It is essential today for each of us to assume responsibility for our health. It should never be as important to someone else as it is to us. Does this mean everyone should be in perfect health? Not necessarily. Many of us are battling disease processes that have genetic or familial bases. What it does mean is that whatever the state of your health you need to take responsibility for it. Not blame, responsibility. Not excuses, responsibility.
In this new regular column, we will look at the multitude of issues facing our quest for health and look at a grass roots level to see what can be done to take responsibility.
Let's start with the basics.
Who is your healthcare professional? For most this means who is your family doctor? However it could also be a Nurse Practitioner or any Alternative Heath Professional. Do you know their address and phone number, remember someone may need this information when you are unable to speak for yourself. Write it down! Are you aware of their role and charging practice. In future columns we will look at the health professionals' roles and responsibilities.
Are you aware of the exact nature of any diseases from which you suffer? Do you know what causes it, what makes it better, what makes it worse. This is not a time for complacency. Write it down!
Do you know your allergies? Please don't rely on physicians, ERs and pharmacist to know this. You need to be aware and speak up. Write it down!
Do you know the medications you are on? For many years I was an ER nurse and you would be surprised how many patients came expecting me to be able to define their medications, or worse yet, “the wife takes care of that”. Not only do you need to know the name but also the dose and the number of times you take it. Needless to say you need to know what the medication does and what the side effects are. Too much to remember...write it down! See the theme here? The colour of the pill means nothing to anybody. Do you know how many little blue pills there are?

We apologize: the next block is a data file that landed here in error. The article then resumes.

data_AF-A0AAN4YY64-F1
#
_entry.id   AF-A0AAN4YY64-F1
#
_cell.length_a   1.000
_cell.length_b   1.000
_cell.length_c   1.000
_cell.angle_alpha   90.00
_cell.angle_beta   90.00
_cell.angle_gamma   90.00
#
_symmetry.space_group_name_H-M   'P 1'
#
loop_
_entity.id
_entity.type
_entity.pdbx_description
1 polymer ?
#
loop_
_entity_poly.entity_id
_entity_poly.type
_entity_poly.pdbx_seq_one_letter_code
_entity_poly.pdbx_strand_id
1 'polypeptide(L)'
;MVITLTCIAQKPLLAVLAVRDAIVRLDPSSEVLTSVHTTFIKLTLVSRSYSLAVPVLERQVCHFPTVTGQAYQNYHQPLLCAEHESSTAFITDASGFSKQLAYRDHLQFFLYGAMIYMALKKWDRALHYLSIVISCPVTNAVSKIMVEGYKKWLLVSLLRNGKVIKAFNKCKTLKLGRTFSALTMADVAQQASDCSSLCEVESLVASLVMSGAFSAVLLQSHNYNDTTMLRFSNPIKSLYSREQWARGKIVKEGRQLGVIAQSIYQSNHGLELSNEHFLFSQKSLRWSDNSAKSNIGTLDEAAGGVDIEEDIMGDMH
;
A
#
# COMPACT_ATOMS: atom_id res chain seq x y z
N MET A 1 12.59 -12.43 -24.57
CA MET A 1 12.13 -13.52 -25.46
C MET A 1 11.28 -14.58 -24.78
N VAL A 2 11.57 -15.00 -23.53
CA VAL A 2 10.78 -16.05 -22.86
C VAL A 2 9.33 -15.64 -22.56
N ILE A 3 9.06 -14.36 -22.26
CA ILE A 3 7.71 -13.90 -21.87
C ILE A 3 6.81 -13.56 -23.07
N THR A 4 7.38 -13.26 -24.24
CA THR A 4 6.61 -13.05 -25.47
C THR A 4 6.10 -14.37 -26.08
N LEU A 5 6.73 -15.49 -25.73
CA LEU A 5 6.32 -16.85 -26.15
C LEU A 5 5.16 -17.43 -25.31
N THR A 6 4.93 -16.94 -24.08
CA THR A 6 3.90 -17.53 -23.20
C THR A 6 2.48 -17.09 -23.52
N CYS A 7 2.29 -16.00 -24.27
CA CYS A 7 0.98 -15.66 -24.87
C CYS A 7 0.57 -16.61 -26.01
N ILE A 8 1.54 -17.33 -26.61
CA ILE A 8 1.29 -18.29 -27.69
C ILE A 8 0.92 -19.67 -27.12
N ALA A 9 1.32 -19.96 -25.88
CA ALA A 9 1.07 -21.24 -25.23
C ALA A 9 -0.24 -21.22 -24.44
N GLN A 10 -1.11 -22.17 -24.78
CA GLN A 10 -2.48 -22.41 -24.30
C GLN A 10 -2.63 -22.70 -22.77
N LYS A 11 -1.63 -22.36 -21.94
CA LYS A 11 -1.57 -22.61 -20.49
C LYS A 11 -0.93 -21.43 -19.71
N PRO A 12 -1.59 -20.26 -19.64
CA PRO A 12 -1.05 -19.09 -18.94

Who are your ICES contacts. ICES...in case of emergency, numbers are vital in situations not only for health care but for safety officers as well. Write them down! Include their relationship to you.
In case you have missed it you need to have, close to your health card, this information written on a piece of paper. Both should be in your wallet. I know everyone enjoys this electronic world but in the time of crisis, passwords are forgotten or not known and your electronic device may have been damaged.
All of the above information should be important to you for obvious reasons, but it is critical and often life-saving information when you are not able to talk for yourself. It therefore needs to be up to date. Review it on a regular basis. Like changing your smoke detector batteries. Don't get me started on that!
I hope you found this helpful. I can assure you that those needing to care for you will find it vital.